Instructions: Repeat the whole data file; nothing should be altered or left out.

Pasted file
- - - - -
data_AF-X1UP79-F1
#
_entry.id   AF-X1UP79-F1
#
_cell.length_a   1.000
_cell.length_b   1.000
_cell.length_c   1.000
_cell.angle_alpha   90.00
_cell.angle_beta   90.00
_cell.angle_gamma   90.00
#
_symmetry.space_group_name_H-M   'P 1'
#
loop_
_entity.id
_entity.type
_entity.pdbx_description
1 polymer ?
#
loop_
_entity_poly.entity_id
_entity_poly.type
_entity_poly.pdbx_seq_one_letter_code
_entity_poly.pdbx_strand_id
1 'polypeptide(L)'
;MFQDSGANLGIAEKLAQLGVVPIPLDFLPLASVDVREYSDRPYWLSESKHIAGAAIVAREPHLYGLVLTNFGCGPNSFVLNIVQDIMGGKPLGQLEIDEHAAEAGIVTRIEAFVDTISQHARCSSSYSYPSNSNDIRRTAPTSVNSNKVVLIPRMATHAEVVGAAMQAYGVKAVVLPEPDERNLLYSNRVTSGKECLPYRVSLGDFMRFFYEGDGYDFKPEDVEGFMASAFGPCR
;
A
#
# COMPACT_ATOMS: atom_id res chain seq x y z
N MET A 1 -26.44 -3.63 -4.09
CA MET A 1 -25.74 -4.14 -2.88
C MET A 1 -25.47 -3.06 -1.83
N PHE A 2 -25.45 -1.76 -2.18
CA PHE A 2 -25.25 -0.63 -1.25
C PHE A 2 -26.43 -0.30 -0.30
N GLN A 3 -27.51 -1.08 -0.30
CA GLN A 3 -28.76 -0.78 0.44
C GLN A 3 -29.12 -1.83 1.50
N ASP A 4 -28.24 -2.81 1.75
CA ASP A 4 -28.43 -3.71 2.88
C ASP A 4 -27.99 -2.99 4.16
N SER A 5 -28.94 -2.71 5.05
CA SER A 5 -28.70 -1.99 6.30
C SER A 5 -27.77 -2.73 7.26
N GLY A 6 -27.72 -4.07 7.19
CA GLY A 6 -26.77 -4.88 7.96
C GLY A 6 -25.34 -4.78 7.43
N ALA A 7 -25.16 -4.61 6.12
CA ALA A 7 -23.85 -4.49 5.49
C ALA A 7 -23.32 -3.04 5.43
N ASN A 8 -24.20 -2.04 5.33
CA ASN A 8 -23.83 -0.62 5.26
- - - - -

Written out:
data_AF-X1UP79-F1
#
_entry.id   AF-X1UP79-F1
#
_cell.length_a   1.000
_cell.length_b   1.000
_cell.length_c   1.000
_cell.angle_alpha   90.00
_cell.angle_beta   90.00
_cell.angle_gamma   90.00
#
_symmetry.space_group_name_H-M   'P 1'
#
loop_
_entity.id
_entity.type
_entity.pdbx_description
1 polymer ?
#
loop_
_entity_poly.entity_id
_entity_poly.type
_entity_poly.pdbx_seq_one_letter_code
_entity_poly.pdbx_strand_id
1 'polypeptide(L)'
;MFQDSGANLGIAEKLAQLGVVPIPLDFLPLASVDVREYSDRPYWLSESKHIAGAAIVAREPHLYGLVLTNFGCGPNSFVLNIVQDIMGGKPLGQLEIDEHAAEAGIVTRIEAFVDTISQHARCSSSYSYPSNSNDIRRTAPTSVNSNKVVLIPRMATHAEVVGAAMQAYGVKAVVLPEPDERNLLYSNRVTSGKECLPYRVSLGDFMRFFYEGDGYDFKPEDVEGFMASAFGPCR
;
A
#
# COMPACT_ATOMS: atom_id res chain seq x y z
N MET A 1 -26.44 -3.63 -4.09
CA MET A 1 -25.74 -4.14 -2.88
C MET A 1 -25.47 -3.06 -1.83
N PHE A 2 -25.45 -1.76 -2.18
CA PHE A 2 -25.25 -0.63 -1.25
C PHE A 2 -26.43 -0.30 -0.30
N GLN A 3 -27.51 -1.08 -0.30
CA GLN A 3 -28.76 -0.78 0.44
C GLN A 3 -29.12 -1.83 1.50
N ASP A 4 -28.24 -2.81 1.75
CA ASP A 4 -28.43 -3.71 2.88
C ASP A 4 -27.99 -2.99 4.16
N SER A 5 -28.94 -2.71 5.05
CA SER A 5 -28.70 -1.99 6.30
C SER A 5 -27.77 -2.73 7.26
N GLY A 6 -27.72 -4.07 7.19
CA GLY A 6 -26.77 -4.88 7.96
C GLY A 6 -25.34 -4.78 7.43
N ALA A 7 -25.16 -4.61 6.12
CA ALA A 7 -23.85 -4.49 5.49
C ALA A 7 -23.32 -3.04 5.43
N ASN A 8 -24.20 -2.04 5.33
CA ASN A 8 -23.83 -0.62 5.26